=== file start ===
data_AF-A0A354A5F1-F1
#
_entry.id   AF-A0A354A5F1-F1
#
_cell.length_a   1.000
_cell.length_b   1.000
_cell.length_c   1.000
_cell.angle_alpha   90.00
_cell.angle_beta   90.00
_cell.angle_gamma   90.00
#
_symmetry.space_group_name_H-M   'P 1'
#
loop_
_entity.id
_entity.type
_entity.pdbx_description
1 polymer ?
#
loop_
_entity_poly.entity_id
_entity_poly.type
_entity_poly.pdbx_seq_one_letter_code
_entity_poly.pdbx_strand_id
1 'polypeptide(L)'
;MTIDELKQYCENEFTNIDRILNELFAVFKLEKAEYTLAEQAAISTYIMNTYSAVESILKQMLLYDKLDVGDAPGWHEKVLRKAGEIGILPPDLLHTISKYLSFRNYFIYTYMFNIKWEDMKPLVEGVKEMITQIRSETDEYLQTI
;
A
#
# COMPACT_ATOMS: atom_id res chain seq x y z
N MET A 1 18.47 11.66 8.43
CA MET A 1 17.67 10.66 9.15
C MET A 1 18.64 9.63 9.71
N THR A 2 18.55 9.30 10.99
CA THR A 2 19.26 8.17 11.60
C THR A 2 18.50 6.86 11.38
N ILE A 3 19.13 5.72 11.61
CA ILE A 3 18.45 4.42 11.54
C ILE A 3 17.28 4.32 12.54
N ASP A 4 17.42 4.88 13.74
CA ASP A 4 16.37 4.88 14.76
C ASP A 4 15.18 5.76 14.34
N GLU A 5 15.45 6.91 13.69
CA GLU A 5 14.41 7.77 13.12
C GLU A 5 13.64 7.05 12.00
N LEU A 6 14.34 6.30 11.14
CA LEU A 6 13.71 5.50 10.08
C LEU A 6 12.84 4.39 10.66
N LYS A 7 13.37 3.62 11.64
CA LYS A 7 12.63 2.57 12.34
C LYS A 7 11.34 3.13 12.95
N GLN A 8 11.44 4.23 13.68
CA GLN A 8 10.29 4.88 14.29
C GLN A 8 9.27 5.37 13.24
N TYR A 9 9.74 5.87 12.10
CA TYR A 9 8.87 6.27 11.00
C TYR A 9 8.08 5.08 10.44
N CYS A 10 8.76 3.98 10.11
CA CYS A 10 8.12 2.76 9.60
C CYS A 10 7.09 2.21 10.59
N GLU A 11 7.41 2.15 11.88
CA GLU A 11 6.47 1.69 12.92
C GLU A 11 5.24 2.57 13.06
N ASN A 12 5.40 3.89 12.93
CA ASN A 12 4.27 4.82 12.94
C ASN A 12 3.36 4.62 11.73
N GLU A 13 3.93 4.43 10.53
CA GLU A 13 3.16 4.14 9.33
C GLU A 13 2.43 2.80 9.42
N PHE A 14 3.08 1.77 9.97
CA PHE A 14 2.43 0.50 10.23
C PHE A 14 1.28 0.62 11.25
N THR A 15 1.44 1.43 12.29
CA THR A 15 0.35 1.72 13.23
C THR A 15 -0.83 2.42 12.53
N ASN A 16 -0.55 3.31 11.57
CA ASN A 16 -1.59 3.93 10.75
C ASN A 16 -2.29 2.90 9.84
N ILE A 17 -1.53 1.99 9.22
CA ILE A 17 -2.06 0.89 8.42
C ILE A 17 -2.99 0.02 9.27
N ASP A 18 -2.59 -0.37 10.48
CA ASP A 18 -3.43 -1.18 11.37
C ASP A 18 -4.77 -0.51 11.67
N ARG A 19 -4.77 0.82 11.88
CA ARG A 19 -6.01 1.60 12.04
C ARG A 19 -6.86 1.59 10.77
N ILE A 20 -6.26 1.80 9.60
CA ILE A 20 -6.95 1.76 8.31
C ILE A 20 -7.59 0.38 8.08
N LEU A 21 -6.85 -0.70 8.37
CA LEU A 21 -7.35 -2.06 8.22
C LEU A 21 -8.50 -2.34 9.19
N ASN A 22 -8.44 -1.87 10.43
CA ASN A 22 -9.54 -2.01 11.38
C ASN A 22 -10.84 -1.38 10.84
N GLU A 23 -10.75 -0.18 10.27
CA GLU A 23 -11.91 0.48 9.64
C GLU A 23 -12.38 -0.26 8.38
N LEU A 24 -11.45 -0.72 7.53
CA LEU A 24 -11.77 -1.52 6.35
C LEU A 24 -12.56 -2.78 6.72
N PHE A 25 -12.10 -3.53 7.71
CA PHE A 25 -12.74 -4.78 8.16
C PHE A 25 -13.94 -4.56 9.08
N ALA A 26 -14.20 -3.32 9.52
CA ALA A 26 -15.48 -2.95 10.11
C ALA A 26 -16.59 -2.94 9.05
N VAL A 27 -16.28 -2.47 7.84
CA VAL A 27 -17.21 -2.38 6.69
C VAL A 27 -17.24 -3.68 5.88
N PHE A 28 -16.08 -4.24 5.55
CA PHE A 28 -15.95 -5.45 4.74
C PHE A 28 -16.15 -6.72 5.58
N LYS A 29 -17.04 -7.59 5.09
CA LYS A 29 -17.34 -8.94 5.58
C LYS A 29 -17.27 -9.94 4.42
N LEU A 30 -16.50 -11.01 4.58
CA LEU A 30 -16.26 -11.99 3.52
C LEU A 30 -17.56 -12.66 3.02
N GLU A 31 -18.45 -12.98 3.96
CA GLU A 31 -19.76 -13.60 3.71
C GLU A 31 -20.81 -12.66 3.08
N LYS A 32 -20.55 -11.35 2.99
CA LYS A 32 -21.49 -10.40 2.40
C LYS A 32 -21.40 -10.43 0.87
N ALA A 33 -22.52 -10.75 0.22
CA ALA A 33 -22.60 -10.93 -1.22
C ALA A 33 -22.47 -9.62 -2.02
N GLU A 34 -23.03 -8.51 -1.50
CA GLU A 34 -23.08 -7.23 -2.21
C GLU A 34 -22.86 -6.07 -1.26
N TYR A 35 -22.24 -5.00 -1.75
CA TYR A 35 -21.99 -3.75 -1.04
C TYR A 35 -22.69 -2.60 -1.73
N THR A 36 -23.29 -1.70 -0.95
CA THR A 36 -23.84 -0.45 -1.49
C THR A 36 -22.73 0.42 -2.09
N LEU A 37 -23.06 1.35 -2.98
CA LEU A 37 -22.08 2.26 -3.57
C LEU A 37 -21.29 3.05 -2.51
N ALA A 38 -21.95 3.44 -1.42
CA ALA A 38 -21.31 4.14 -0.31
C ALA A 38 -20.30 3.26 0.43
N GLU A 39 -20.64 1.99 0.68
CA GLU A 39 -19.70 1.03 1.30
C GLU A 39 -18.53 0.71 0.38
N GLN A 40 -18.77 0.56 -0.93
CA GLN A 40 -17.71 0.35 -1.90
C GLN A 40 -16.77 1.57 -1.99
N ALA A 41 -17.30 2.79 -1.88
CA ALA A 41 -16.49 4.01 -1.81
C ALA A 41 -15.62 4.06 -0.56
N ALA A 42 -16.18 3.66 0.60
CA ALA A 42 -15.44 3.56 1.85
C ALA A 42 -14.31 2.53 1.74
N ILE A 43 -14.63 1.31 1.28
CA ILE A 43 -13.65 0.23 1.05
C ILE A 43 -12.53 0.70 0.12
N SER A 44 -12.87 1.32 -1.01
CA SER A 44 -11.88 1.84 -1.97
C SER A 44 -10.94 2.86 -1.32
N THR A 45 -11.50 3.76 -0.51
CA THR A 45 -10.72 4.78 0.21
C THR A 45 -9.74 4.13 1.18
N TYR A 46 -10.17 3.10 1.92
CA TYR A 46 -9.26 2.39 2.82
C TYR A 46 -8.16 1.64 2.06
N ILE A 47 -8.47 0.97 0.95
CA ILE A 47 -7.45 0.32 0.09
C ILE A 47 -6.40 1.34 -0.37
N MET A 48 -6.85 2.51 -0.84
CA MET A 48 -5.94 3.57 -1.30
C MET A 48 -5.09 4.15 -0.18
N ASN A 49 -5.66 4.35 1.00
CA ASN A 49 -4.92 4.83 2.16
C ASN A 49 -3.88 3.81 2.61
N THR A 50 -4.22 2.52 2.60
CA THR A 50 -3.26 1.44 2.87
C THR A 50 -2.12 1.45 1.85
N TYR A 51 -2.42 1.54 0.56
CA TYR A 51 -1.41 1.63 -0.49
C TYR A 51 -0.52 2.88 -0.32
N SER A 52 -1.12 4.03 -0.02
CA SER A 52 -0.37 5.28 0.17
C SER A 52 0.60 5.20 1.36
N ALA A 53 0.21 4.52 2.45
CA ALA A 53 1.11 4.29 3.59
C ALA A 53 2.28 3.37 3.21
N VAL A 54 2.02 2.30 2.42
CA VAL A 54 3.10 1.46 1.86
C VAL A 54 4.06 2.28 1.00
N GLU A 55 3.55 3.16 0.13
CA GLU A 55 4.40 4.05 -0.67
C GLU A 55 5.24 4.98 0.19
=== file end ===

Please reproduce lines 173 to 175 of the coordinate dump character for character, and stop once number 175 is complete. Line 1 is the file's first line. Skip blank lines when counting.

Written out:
CA MET A 48 -5.94 3.57 -1.30
C MET A 48 -5.09 4.15 -0.18
N ASN A 49 -5.66 4.35 1.00